Click here for all the The Beauty Brains podcasts.


When is a cosmetic really a drug?

Innovation from the cosmetic raw material companies always makes me smile. I remember when one particularly “innovative” company would come in for a visit and always show these incredible compounds with mind blowing claims. While I always admired their attempts there was a fundamental thing they did that I found troubling; they would blur the line between cosmetic claims and drug claims.

I still frequently see this with the way both cosmetics and cosmetic raw materials are marketed. So, I thought it would be helpful to go through what is a cosmetic.

What is a cosmetic?

Let me first apologize to our International readers. This article will focus mainly on the US market. However, many of the same principles apply.

According to the FDA a cosmetic is…

“articles intended to be rubbed, poured, sprinkled, or sprayed on, introduced into, or otherwise applied to the human body…for cleansing, beautifying, promoting attractiveness, or altering the appearance” [FD&C Act, sec. 201(i)]

And to distinguish cosmetics from drugs, the FDA further defines a drug as…

“articles intended for use in the diagnosis, cure, mitigation, treatment, or prevention of disease” and “articles (other than food) intended to affect the structure or any function of the body of man or other animals” [FD&C Act, sec. 201(g)(1)].

What does this mean?

The key piece to consider is the part in the definition where it states “…articles intended to affect the structure or any function of the body of man…”

So, when companies make claims like…

  • Ingredient will stimulate collagen production
  • Ingredient will inhibit the enzyme tyrosinase
  • Ingredient will prevent premature gray hair

…they are making DRUG claims, not COSMETIC claims. If you use these ingredients in your formulation with the intent that they are going to have the effects claimed, you are no longer making a cosmetic. You are formulating a drug that is regulated differently than cosmetics. (Mostly, it requires more testing and validation).

What is not a cosmetic?

So to simplify the difference between cosmetics and drugs think of it this way.

A cosmetic is a product that is designed to clean or alter the appearance of the skin and hair without affecting metabolic processes. Body wash, skin moisturizers, make-up, etc. are all cosmetics as long as they are not intended to ‘stimulate collagen production’ or otherwise interfere with natural body processes.

When is a cosmetic a drug?

There are some products that are both cosmetics and drugs. This would include products like anti-dandruff shampoos, toothpaste, antiperspirants, sunscreens and anti-acne treatments. These products have to comply with the rules governing both cosmetics and drugs.

Innovation in the cosmetic field is difficult because cosmetic chemists are restricted in what type of effect they can have on the body. If you have created a formula that affects the normal functioning of the body’s cells, then you are no longer formulating a cosmetic, it’s a drug. Until they change the rules, things called cosmecuticals are just marketing fluff.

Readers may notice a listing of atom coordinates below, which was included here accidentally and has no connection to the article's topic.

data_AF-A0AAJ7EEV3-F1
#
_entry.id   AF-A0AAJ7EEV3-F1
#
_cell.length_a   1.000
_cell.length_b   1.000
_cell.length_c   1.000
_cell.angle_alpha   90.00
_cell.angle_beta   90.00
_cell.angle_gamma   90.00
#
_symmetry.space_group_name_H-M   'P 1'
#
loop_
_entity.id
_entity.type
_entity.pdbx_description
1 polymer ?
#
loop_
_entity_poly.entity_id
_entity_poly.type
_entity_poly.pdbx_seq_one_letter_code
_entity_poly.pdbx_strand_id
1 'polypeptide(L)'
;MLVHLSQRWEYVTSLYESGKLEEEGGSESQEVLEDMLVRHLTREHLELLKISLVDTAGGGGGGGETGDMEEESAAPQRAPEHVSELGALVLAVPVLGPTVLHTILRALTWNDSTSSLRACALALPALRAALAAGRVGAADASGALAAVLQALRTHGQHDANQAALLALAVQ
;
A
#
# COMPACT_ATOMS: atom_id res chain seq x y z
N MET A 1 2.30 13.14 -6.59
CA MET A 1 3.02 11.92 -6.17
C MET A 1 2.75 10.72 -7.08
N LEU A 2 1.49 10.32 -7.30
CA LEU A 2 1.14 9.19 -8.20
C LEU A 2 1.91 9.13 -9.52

Beauty science news – June 22

Another lazy Sunday means another five beauty science stories for you to peruse….



Dial Men Hair and Body Wash – Look at the label

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This week we’re looking at the label for Dial Men Hair and Body Wash. This is a two in one product that can be used as a shampoo for your hair and a body wash for your skin.   One guy made this observation in the comments section:

“I’m probably not the only guy who doesn’t see much of a difference between shampoo and body wash. I’ve got hair all over my body anyway.”

Hairy bodies aside, he’s right – there isn’t anything magic about this formula that makes it work on both hair and skin.

If you look at the ingredients below you’ll see that the detergents used in this product are Sodium Laureth Sulfate and Cocamidopropyl Betaine. They are two of the most common cleansers used in either shampoo or body wash and there’s absolutely no reason why this product (or almost any other product) can’t be used on hair and skin.

Dial Men Hair and Body Wash Ingredients

Water, Sodium Laureth Sulfate, Cocamidopropyl Betaine, Glycerin, Polyquaternium-7, Fragrance, PEG-7 Glyceryl Cocoate, PEG-200 Hydrogenated Glyceryl Palmate, Styrene/Acrylates Copolymer, Cocamide MEA, Magnesium Gluconate, Sodium Benzoate, DMDM Hydantoin, Citric Acid, Tetrasodium EDTA, Sodium Chloride, Blue 1, Red 33

If you’re shopping for Dial Men Hair and Body Wash, or anything else, please use our link. It really helps us!


Is Aqua Velva irritating? Vintage cosmetic video

The first time I heard this commercial here’s what I thought they said…

“Then one day Dad, he got the notion and tried Williams Aqua Velva lotion. Now all the gals…go for Dad!”


I later realized they were singing “Dan,” not Dad, which makes sense since I don’t think infidelity had been invented back in 1961.

While that’s good news for the nuclear family this product is bad news for men’s skin. It appears that the formulation strategy in these old products was to throw in as many irritating ingredients as possible:

Alcohol? Check!
Menthol? Check!
Fragrance? Check!

The only way this product could make your freshly shaved skin burn more is if they added a good slug of table salt. Modern aftershave products are typically in lotion form so they can include oily materials which do a much better job of calming irritated skin.


Is zinc ricinoleate a good deodorant?

Marie asks…I’d like to know if deodorants containing Zinc Ricinoleate (those made by Vichy which are free from aluminium salts, for example) will still leave yellow stains on my clothes, on the armpit area. How safe and effective is this ingredient?